Brand SA, it says in Treasury’s 2015 Estimates of National Expenditure, “is charged with building the brand reputation of the country in order to improve its global competitiveness and better position South Africa in the world, as well as promoting active citizenry and social cohesion across society.”
That is a ludicrously tall and scattershot order.
Rob Davies, the minister of trade and industry, is a member of the South African Communist Party’s central committee whose collective signature is on an article in the current African Communist. In it we learn that the African Growth and Opportunity Act, which helped SA run a $2 billion trade surplus with the US last year, is a tool devised by newly confident “monopoly capital” to force neo-liberal policies down the throats of SA’s working class.
“Imperialist” America, say Mr Davies and his friends — prime exhibits all in SA’s Jurassic Park of failed ideology — are “pushing South Africa very hard” by attaching “conditionalities” to AGOA’s just enacted 10-year renewal.
The SACP dinosaurs acknowledge “the US is not necessarily keen to drop its AGOA relationship with South Africa”. On that, at least, they are correct. Shakier, though, is the logic on which they base their conclusion. Call it Sino-manic infantilism.
Blade Nzimande, South Africa’s Minister of Higher Education, and Senator Ted Cruz, the fire-breathing Texas Republican who is one of the angry mob competing for his party’s presidential nomination, have something in common. It is more than a propensity to grandstand.
The General Secretary of the South African Communist Party and the Canadian-born son of an anti-Castro Cuban could hardly be farther apart ideologically but they both are in a remarkably similar froth about judges with whom they do not agree.
Dr Nzimande, in his 14 823 word political report to last week’s SACP special congress, charged that “some in the judiciary” were part of an “anti-majoritarian pseudo-liberal offensive against the democratically elected executive and parliament”.
He singled out Deputy Chief Justice Dikgang Moseneke. It seems a talk the respected jurist gave in Washington in 2012 remains stuck in the Zumacratic craw on the theory it “advanc(ed) an agenda that neither derives from our constitution or the political settlement reached in the early 1990’s.”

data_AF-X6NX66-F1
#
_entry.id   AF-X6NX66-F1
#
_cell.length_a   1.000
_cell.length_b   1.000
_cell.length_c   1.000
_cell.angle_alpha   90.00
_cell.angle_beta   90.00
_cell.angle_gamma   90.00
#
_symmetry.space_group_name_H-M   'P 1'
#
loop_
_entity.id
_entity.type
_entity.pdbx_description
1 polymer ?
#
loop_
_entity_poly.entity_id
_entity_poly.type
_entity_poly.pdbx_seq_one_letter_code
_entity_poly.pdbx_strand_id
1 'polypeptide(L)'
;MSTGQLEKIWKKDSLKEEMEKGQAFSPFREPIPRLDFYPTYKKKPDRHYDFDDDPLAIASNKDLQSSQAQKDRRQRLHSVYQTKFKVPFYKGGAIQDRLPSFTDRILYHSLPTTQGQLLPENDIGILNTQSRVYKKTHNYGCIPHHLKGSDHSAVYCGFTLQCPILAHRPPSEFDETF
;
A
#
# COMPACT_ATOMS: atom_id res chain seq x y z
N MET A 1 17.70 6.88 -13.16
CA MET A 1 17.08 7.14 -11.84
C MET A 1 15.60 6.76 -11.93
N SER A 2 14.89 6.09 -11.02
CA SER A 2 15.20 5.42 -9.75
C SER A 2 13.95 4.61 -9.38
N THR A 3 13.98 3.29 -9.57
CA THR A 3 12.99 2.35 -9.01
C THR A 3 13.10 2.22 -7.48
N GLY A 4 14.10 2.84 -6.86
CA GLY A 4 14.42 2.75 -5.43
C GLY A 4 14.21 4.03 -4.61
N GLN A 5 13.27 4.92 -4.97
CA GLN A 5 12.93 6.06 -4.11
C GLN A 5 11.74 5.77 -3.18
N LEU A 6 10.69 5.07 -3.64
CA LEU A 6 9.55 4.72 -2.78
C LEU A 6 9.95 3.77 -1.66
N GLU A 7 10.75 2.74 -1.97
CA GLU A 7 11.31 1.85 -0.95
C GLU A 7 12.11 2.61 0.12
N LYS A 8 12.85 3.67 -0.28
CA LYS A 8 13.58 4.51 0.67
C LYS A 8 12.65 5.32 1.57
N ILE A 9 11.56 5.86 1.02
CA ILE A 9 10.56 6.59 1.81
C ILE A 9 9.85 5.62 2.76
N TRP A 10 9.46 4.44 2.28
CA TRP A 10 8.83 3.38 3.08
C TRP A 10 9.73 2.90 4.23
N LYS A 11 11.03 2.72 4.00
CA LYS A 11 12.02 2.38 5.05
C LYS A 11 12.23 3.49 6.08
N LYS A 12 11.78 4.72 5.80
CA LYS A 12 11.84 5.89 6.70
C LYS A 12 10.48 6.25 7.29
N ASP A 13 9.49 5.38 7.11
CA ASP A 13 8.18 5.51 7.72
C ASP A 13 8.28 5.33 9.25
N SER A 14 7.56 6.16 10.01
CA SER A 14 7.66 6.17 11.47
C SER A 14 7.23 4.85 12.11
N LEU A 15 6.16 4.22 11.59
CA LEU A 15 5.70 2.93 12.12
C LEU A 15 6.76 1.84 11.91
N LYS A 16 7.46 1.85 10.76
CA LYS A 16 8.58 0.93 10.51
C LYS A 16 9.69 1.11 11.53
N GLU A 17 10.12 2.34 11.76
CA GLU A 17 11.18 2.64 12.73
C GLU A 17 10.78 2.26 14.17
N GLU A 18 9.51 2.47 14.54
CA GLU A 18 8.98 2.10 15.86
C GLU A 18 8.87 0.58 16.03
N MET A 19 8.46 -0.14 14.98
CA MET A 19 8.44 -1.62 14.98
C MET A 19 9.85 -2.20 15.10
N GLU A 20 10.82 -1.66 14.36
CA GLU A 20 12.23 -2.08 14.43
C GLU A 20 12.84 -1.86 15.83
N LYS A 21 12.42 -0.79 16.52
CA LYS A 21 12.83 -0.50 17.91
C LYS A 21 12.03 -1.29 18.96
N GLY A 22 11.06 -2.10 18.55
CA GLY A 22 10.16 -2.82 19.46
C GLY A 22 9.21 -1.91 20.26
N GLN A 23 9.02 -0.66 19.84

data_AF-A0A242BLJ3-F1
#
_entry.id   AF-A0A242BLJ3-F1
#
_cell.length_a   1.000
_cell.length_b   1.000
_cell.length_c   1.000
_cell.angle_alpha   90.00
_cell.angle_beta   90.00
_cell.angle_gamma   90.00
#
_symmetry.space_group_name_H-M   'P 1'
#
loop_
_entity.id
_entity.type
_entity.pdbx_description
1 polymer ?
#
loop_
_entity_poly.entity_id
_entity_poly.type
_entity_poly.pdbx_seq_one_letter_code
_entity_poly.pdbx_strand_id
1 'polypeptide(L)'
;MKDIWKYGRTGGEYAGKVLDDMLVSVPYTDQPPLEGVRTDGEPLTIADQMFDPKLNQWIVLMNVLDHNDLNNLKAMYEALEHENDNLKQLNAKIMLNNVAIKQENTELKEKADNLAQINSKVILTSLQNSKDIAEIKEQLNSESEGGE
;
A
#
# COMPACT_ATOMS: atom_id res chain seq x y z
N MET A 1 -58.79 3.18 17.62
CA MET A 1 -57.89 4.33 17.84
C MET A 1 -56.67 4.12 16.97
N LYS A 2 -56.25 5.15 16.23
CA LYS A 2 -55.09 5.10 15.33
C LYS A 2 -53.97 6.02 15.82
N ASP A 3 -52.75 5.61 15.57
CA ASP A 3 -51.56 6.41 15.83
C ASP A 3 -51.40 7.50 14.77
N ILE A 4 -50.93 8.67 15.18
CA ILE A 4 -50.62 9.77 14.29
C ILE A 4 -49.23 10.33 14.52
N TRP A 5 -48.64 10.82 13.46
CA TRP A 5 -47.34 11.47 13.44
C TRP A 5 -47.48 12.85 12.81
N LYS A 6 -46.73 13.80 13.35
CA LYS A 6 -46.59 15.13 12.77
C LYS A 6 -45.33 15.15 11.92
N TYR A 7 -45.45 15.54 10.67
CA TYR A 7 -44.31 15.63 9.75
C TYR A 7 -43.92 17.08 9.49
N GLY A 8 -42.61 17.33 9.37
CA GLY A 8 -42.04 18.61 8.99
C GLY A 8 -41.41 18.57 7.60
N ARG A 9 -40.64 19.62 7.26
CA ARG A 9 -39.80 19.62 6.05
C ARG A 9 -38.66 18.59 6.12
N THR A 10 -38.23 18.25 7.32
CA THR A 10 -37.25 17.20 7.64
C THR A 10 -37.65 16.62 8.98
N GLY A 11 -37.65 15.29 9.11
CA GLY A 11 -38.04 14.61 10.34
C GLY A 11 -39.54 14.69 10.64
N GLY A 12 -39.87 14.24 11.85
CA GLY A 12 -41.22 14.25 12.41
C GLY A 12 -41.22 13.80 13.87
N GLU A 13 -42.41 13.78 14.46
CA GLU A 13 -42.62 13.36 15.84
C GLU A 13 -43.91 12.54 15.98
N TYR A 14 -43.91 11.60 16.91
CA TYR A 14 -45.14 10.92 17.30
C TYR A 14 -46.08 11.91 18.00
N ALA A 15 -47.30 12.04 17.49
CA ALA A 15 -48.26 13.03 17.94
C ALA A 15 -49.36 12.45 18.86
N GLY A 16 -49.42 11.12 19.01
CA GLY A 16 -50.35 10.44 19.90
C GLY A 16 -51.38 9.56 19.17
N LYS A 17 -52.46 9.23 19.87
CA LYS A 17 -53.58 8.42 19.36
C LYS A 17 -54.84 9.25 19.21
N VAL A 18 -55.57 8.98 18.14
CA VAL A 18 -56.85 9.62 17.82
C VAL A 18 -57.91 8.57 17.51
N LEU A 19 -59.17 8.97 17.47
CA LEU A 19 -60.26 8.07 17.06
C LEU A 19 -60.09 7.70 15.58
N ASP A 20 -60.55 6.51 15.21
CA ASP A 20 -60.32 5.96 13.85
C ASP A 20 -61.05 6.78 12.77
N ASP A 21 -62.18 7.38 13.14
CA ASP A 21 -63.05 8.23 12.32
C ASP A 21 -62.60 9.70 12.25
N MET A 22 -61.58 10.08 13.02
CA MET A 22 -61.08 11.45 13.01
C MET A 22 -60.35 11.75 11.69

The US National Park Service lovingly maintains more than 70 battlefields and other sites related to the war between North and South – the Union and the rebel Confederacy — which saw 600 000 Americans butchered by each other between April 1861 and April 1865.
The sites include Fort Sumter in Charleston harbour at whose federal garrison South Carolinian secessionists fired the war’s opening salvo. Replicas of the original mortars still squat a few blocks from Mother Emanuel AME church where, two weeks ago, Dylann Roof slaughtered nine African-Americans at Bible study, hoping, he said, to start another war.
“No, you’ve raped our women, you’ve stolen and you’ve taken over the country, so no, this must be done,” he reportedly told his victims when one them pleaded with him to reconsider.
A century and a half earlier, Henry Benning said much the same thing. He was one of the commissioners dispatched by South Carolina, Mississippi, Alabama, Georgia and Lousiana to whip up support for secession in other slave states. In a letter to the Virginia legislature, he wrote:
In 1979, the late Senator Edward Kennedy, last of his brothers, was persuaded it was time to launch his own bid for the White House. So he challenged the incumbent, President Jimmy Carter, for the 1980 Democratic nomination.
Making it official in an interview on 60 Minutes, then the most watched hour on American television, he flubbed the obvious question: why? He had no answer. Running for president was just something Kennedys did. His campaign never recovered.